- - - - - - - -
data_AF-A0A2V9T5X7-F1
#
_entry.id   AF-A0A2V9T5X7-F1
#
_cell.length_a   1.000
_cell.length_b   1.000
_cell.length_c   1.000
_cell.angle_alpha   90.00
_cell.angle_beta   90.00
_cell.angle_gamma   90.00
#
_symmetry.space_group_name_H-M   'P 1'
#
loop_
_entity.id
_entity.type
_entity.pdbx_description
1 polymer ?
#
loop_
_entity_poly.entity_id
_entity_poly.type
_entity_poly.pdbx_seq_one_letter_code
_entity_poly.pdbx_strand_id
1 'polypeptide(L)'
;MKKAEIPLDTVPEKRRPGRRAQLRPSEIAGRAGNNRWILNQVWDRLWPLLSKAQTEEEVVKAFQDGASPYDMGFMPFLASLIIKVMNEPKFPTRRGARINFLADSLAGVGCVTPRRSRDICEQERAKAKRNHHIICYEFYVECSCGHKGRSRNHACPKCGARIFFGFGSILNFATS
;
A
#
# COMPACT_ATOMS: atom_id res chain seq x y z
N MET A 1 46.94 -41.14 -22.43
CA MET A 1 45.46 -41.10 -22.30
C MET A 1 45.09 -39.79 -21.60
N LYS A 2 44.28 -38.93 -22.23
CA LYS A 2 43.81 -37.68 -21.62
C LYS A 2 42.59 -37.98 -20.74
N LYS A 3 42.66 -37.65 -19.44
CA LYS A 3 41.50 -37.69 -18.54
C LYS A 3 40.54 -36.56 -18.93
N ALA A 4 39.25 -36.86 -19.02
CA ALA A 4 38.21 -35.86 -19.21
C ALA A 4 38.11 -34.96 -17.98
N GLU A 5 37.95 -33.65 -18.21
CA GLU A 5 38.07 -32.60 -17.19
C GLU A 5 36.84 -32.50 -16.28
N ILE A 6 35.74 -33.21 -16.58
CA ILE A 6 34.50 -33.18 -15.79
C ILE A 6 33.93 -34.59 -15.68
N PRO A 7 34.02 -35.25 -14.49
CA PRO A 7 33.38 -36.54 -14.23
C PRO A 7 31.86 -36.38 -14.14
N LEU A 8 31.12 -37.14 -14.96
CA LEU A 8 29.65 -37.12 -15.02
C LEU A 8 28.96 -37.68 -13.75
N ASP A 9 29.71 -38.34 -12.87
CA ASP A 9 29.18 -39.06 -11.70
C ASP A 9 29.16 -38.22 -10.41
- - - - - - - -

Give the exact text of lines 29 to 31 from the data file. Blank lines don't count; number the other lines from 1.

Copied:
#
# COMPACT_ATOMS: atom_id res chain seq x y z
N MET A 1 46.94 -41.14 -22.43